Tillamook County SWCD plans and implements programs to conserve renewable resources on private lands within Tillamook county. These resources include soil, water, air, plants, animals, and important farm lands. While implementing this voluntary conservation program, human and social concerns are taken into consideration.
Watch this video interview “Let’s Talk with Van Moe” about Tillamook County SWCD and who we are! Filmed October 25, 2012 by Jane Scott Video Productions.
The District is composed of a seven person Board of Directors. The Directors are elected at the Oregon general election. We operate under Oregon Revised Statutes (ORS) 568.21 through 568.890. The District also may appoint Associate Directors to help carry out our mission.
Federal, state, and local resource agencies serve as advisors to the SWCD to assist with identifying resource concerns, recommendations for solving resource-related problems, and providing input into the District’s Long Range Plan and Annual Work Plans.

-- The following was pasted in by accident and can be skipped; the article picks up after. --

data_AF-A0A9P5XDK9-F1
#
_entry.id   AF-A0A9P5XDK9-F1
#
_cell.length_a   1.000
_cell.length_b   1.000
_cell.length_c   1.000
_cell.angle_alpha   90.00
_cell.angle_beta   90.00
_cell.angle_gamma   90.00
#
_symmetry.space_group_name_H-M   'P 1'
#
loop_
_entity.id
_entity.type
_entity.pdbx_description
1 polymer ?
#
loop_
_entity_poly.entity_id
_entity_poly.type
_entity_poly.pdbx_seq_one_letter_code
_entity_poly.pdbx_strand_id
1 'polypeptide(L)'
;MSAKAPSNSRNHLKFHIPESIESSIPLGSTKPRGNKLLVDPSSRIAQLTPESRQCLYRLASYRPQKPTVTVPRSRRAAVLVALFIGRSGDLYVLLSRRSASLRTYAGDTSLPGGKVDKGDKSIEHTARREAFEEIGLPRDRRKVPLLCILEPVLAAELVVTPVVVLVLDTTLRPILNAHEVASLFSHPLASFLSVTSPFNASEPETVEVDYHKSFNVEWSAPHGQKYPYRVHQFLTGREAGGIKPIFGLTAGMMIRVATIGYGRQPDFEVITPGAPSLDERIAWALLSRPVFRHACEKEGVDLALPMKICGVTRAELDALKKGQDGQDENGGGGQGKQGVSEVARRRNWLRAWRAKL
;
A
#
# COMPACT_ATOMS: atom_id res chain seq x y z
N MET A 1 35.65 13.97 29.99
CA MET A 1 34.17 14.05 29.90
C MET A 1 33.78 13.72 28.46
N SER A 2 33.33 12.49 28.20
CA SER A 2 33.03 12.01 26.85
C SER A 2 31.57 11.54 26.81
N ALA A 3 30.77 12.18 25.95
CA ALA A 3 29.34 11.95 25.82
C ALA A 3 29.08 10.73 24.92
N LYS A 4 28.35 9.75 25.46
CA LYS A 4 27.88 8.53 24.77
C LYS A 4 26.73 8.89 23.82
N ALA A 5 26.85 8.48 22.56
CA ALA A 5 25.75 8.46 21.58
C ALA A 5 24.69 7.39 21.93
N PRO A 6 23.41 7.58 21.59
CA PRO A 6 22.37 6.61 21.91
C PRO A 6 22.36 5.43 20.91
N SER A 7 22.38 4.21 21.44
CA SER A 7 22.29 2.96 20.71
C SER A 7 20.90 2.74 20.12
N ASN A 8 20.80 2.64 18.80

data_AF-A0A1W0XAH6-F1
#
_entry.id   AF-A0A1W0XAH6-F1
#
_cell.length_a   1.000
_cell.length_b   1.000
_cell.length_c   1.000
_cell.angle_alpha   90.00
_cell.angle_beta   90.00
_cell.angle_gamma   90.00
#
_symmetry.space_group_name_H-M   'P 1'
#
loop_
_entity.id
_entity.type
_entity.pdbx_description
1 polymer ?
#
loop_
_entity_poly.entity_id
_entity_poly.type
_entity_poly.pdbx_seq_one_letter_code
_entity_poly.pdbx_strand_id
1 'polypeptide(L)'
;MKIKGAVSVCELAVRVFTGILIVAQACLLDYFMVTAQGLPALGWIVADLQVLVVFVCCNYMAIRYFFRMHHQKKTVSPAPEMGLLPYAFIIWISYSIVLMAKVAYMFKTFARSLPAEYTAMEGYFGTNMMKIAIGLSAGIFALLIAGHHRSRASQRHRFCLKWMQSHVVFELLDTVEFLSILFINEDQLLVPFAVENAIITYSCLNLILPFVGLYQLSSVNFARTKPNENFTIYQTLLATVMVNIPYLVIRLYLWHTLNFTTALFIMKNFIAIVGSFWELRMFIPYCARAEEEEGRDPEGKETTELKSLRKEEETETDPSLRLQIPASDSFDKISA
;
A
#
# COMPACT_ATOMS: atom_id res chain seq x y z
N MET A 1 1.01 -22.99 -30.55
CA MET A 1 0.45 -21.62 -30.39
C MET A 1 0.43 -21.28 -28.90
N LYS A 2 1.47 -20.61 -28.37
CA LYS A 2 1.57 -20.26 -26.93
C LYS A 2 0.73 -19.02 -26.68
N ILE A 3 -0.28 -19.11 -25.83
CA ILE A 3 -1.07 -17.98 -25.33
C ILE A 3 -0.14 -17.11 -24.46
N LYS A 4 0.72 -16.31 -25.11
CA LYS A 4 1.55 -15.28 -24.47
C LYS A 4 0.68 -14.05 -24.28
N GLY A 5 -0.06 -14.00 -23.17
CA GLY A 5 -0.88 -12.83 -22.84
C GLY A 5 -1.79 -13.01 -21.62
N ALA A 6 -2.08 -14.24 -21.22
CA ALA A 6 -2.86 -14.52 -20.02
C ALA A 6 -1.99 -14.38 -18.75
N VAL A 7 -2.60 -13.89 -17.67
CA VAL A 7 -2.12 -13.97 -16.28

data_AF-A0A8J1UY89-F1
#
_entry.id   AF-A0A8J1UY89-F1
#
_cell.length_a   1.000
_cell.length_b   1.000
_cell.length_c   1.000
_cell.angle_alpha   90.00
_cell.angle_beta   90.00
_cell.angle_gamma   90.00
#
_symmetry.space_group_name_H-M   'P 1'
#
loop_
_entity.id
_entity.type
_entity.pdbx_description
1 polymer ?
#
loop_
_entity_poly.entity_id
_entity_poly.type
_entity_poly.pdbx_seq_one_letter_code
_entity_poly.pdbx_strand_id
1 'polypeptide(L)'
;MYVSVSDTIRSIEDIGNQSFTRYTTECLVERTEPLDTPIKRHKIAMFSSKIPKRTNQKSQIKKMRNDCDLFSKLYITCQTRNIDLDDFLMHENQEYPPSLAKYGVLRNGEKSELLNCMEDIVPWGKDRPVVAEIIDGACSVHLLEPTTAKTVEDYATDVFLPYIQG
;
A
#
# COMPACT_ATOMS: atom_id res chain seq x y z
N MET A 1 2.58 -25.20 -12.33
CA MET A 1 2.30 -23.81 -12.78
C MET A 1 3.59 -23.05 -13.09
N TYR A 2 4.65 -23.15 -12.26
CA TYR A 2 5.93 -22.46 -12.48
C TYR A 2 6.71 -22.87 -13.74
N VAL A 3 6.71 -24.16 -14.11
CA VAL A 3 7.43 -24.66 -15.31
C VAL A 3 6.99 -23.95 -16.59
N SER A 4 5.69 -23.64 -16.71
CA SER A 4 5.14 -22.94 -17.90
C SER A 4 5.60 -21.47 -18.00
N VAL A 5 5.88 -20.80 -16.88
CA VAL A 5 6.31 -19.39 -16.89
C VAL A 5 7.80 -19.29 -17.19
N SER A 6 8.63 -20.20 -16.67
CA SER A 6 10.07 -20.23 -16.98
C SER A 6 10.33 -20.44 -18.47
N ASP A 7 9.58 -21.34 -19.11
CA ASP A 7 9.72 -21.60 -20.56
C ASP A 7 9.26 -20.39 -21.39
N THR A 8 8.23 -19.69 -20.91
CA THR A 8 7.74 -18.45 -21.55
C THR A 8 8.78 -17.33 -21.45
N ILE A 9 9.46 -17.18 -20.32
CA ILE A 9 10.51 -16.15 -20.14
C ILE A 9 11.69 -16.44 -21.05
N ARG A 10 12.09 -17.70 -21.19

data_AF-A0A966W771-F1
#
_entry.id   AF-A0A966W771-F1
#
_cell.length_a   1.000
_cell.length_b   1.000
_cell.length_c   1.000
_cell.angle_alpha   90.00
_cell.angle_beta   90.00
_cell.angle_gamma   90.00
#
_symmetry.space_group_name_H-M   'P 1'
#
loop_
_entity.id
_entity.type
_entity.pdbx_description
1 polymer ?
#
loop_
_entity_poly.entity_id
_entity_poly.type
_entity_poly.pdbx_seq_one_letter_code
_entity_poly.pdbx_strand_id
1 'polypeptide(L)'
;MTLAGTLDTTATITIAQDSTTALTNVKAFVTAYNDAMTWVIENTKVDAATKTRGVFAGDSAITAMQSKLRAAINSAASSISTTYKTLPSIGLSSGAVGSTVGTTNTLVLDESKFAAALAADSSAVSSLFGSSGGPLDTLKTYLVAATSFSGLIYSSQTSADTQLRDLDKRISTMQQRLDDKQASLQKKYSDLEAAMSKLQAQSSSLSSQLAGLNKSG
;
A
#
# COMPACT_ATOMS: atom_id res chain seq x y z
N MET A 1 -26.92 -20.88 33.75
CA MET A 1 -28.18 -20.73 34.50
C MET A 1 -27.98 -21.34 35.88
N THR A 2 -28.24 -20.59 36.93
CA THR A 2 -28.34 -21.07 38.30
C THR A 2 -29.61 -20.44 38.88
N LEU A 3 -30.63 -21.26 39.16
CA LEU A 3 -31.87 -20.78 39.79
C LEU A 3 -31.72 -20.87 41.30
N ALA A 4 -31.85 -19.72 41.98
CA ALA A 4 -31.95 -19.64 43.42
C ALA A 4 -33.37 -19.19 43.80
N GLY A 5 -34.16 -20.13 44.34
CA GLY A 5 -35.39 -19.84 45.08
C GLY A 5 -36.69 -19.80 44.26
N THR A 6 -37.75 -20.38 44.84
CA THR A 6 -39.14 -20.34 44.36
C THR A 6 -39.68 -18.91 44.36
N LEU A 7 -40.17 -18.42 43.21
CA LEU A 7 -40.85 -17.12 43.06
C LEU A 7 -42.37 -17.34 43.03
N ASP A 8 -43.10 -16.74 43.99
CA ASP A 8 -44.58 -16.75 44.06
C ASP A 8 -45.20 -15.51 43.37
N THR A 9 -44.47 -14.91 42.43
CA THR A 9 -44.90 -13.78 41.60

In 1940 Tillamook County SWCD was the first district formed in Oregon under the legislation that was passed in 1939. The Soil Conservation District was organized by south county landowners to provide technical assistance in controlling stream bank erosion, shifting sands, and improving pasture drainage and production.
Tillamook County SWCD has identified the following resource concerns:
- Adequate SWCD Technical Staff
- Stream Bank Erosion
- Flood Mitigation
- Agricultural Surface Runoff and Potential Ground Water Degredation
- Air Quality
- Aquatic Habitat Degradation (Riparian Zone)
- Agricultural Land Preservation
- Forage Producing Lands Plant Condition and Productivity
- Noxious Weed Control
- Energy Sustainability
- Storm Water Runoff
Please contact us for more information or assistance if you have any of these concerns. You can also view a list of the conservation incentive programs we currently offer.
Oregon conservation districts are political subdivisions of state government, but are not state agencies. Conservation districts are considered municipal corporations, a form of local government that is required to follow many of the same laws that govern state agencies. As defined in Oregon Revised Statute 174.116 local government specifically includes soil and water conservation districts.